Construction crews are about halfway finished building a new Back River Bridge, linking Jasper County and Hutchinson Island on U.S. 17 near Savannah.
The new span will replace a 60-year-old bridge that is about 0.6 miles long and just northeast of the much larger and longer Talmadge Memorial Bridge to Savannah.
The project remains on schedule and within its $16.4 million budget, and it could be open to traffic next summer, said Jill Nagel, spokeswoman for the Georgia Department of Transportation.
Federal grants will pay about $13 million for the new bridge, Nagel said. Georgia will pay about $3 million, with South Carolina picking up the leftover $400,000.
The entire project, which includes the demolition of the old bridge, should be finished by the end of 2015, Nagel said.
The new two-lane bridge will include 8-foot-wide shoulders on each side to improve safety, Nagel said. The current shoulders are only a foot wide.
"If somebody breaks down, you've got 16 extra feet to get over on the shoulder, or you have more room to get out of the way when emergency vehicles come through," Nagel said.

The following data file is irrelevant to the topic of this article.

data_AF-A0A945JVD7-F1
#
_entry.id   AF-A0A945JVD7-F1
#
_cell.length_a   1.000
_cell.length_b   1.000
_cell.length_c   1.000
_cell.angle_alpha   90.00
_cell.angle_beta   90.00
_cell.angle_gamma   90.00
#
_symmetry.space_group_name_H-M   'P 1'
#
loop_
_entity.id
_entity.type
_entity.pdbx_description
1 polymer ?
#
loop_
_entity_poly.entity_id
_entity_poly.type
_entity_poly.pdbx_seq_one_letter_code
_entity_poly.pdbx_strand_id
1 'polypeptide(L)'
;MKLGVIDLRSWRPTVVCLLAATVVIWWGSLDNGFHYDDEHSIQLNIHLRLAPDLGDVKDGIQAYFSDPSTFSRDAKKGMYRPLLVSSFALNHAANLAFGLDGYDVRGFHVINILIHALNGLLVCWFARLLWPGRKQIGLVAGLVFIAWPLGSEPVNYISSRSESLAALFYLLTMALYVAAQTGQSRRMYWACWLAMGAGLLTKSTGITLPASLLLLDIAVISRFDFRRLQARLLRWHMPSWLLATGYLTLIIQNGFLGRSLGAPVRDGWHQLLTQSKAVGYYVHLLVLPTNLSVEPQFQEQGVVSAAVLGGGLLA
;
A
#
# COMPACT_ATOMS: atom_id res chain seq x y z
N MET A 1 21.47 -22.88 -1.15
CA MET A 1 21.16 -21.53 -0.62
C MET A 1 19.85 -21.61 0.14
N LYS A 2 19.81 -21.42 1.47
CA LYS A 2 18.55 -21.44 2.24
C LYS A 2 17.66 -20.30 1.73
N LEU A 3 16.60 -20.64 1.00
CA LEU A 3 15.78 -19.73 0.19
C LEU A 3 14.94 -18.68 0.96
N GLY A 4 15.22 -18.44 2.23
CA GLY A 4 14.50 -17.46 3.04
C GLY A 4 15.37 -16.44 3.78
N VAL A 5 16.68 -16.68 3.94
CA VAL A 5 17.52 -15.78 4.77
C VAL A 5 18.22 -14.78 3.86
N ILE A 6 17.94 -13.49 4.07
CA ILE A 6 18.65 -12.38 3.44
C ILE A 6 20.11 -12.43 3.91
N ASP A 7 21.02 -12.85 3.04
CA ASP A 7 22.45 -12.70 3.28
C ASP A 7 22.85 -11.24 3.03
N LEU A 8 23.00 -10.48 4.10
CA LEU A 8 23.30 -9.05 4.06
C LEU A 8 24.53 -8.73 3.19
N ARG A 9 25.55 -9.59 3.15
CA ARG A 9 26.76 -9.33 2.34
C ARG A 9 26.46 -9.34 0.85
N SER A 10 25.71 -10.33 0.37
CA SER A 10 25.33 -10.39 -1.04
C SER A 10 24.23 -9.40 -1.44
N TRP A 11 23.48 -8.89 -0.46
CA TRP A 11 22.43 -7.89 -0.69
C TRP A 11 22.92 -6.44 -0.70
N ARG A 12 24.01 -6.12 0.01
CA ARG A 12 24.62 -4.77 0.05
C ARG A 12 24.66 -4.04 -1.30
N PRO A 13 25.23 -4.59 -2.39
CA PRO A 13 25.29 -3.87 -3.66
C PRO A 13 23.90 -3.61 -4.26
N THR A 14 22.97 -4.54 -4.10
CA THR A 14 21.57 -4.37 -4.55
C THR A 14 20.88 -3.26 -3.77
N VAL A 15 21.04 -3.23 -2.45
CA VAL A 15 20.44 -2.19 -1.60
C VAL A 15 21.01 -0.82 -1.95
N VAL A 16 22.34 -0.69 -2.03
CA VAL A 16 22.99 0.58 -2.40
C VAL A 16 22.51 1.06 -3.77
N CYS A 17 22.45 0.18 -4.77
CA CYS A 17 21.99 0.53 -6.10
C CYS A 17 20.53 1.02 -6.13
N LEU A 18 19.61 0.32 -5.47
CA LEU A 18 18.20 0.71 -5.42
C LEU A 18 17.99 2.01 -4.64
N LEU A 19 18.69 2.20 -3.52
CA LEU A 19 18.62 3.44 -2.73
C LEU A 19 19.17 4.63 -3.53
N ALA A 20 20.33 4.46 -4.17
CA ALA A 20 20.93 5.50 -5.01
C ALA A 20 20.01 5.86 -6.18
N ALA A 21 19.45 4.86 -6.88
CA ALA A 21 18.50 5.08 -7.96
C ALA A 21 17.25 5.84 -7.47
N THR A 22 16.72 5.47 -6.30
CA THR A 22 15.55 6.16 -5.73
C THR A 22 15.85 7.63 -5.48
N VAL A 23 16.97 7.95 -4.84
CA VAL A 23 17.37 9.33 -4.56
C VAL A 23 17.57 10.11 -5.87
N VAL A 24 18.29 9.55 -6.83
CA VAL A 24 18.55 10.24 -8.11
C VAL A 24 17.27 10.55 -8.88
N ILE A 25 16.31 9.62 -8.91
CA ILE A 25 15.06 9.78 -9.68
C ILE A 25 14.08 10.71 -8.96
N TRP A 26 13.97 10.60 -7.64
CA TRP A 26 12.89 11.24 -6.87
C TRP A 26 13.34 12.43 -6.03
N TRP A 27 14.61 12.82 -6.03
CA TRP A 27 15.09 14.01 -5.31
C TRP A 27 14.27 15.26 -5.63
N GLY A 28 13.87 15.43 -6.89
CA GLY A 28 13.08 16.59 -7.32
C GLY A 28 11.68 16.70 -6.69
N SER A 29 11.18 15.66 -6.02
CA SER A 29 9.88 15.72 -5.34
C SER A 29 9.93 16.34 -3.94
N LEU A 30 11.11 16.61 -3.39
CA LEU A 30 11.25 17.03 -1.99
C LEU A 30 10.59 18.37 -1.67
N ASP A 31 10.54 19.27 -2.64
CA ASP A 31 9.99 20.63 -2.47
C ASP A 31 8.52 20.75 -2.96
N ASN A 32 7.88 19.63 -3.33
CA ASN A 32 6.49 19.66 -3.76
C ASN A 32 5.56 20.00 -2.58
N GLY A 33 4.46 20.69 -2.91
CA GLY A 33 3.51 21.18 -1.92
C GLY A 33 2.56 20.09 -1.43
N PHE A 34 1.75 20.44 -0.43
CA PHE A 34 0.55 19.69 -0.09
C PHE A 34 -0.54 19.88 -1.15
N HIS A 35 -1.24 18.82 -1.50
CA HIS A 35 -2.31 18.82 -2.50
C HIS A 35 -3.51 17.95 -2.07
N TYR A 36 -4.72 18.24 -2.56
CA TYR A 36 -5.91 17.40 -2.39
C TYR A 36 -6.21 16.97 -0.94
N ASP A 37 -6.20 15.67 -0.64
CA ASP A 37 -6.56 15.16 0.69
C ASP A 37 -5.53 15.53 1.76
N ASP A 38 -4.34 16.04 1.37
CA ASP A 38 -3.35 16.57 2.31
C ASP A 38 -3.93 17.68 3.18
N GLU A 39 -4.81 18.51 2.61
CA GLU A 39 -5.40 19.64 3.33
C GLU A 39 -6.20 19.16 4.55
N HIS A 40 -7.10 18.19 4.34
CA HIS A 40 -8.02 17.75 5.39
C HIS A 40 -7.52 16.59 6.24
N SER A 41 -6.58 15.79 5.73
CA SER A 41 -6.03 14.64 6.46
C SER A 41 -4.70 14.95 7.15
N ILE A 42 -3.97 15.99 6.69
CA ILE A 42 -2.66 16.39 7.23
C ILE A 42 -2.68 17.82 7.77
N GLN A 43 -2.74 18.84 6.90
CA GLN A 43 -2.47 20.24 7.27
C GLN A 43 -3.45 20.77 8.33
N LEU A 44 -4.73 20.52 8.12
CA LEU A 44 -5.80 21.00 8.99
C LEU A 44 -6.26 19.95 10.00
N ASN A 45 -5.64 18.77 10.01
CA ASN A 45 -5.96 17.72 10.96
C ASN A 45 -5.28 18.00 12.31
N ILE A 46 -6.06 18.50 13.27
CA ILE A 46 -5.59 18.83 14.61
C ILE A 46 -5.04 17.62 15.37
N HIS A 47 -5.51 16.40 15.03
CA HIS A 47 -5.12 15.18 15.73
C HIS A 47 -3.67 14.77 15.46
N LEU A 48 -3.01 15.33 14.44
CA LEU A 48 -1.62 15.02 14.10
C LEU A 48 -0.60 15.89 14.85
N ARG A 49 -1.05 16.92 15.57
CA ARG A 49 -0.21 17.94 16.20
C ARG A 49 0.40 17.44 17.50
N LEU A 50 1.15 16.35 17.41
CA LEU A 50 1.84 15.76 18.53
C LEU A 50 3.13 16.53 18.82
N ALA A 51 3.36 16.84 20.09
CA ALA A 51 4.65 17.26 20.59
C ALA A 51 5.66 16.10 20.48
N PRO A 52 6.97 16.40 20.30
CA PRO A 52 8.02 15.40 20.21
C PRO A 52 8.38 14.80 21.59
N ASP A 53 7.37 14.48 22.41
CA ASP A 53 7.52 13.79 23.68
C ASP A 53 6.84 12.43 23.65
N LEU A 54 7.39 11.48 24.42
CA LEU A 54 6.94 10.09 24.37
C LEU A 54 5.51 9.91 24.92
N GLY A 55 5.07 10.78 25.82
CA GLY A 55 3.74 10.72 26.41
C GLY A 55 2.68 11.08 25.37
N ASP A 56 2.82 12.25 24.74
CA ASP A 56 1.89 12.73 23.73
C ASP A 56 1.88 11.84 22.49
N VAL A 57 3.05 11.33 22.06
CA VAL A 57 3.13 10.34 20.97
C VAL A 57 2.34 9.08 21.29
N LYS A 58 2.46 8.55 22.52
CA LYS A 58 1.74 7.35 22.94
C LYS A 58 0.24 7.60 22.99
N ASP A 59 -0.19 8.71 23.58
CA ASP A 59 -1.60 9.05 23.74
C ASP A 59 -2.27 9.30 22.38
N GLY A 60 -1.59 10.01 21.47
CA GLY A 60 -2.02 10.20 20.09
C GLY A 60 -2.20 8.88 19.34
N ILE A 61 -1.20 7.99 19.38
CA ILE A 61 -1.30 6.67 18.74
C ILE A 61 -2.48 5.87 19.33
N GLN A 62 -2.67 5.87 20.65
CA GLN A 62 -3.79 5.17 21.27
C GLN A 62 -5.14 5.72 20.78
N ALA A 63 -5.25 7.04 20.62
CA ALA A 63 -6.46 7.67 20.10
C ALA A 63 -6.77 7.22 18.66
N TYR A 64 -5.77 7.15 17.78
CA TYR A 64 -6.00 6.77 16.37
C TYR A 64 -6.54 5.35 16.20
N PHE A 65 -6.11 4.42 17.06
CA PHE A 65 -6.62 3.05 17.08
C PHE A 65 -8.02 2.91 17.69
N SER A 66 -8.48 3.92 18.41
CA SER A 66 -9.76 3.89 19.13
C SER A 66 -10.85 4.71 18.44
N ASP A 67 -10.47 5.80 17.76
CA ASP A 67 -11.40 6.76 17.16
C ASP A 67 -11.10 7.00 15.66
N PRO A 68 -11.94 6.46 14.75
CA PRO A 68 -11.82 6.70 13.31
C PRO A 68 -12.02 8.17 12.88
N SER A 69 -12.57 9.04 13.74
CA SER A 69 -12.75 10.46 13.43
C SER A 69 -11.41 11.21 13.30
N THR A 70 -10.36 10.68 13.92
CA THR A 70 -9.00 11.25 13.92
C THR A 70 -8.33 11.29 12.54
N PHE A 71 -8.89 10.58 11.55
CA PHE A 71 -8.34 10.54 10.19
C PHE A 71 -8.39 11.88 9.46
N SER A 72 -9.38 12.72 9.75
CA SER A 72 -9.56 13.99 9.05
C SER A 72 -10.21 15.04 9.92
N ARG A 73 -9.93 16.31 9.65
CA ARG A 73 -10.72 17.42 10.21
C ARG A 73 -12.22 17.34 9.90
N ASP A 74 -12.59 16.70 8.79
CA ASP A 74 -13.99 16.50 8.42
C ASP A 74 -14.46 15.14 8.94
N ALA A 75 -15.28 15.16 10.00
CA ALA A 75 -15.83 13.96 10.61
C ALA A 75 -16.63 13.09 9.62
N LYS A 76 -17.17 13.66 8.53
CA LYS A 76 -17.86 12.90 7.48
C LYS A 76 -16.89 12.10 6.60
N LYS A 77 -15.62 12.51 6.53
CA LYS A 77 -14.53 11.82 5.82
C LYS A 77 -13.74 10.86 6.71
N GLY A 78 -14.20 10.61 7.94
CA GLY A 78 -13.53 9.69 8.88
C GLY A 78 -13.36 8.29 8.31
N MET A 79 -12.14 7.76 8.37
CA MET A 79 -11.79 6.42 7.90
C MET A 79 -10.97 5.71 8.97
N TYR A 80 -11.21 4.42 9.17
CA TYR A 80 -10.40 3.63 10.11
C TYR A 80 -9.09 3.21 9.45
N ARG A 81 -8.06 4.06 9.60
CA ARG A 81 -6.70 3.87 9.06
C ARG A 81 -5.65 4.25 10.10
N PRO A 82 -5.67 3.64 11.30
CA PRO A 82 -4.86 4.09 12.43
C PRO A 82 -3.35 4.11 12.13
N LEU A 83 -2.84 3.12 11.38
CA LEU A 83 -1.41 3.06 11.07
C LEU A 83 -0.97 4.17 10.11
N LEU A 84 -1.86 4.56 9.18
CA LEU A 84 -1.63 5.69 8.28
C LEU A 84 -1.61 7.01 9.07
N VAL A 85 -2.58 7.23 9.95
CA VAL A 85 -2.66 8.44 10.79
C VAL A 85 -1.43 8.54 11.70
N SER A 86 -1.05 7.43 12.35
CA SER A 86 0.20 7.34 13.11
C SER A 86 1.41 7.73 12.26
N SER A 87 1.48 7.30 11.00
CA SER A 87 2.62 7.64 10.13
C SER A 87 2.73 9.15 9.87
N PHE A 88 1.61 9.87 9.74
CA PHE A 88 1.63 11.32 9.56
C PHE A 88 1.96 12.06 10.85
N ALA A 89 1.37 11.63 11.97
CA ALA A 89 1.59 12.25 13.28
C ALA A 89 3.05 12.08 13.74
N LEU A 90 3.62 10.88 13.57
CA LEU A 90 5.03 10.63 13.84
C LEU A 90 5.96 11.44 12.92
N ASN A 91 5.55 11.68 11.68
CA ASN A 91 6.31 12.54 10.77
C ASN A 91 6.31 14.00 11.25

The Back River Bridge has been the site of many accidents in recent years, including several fatal wrecks. In March, a woman was injured in a collision there, and two drivers were killed in a collision in November. In each instance, the head-on crashes forced authorities to close the bridge, snarling traffic.
About 19,000 vehicles travel across the bridge every day, a number that is expected to rise to 36,000 a day by 2030, Nagel said. Replacing the bridge will head off bigger problems as those traffic counts rise, she added.
However, S.C. Department of Transportation and Jasper County leaders were concerned last year that the two-lane bridge design would create a bottleneck when the S.C. DOT widens U.S. 17 to four lanes. That project would expand U.S. 17 to two lanes in each direction and include a grassy median between S.C. 170 and the bridge, according to Brent Rewis, DOT Lowcountry program manager. The $50 million widening is not yet fully funded, but construction is tentatively scheduled to begin in early 2016, he said.
To avoid bottlenecks, South Carolina plans to build another two-lane span parallel to the new Back River Bridge as a second phase of the U.S. 17 widening, Rewis said. That project would cost an additional $15 million.
That bridge probably would be paid for with a mix of federal and state funding, Rewis and Nagel said. In that case, South Carolina would take on the majority of the remaining costs, they said.
"A lot could happen between now and then, and funding is going to continue to be the constraint on building these things," Rewis said.
Follow reporter Zach Murdock at twitter.com/IPBG_Zach.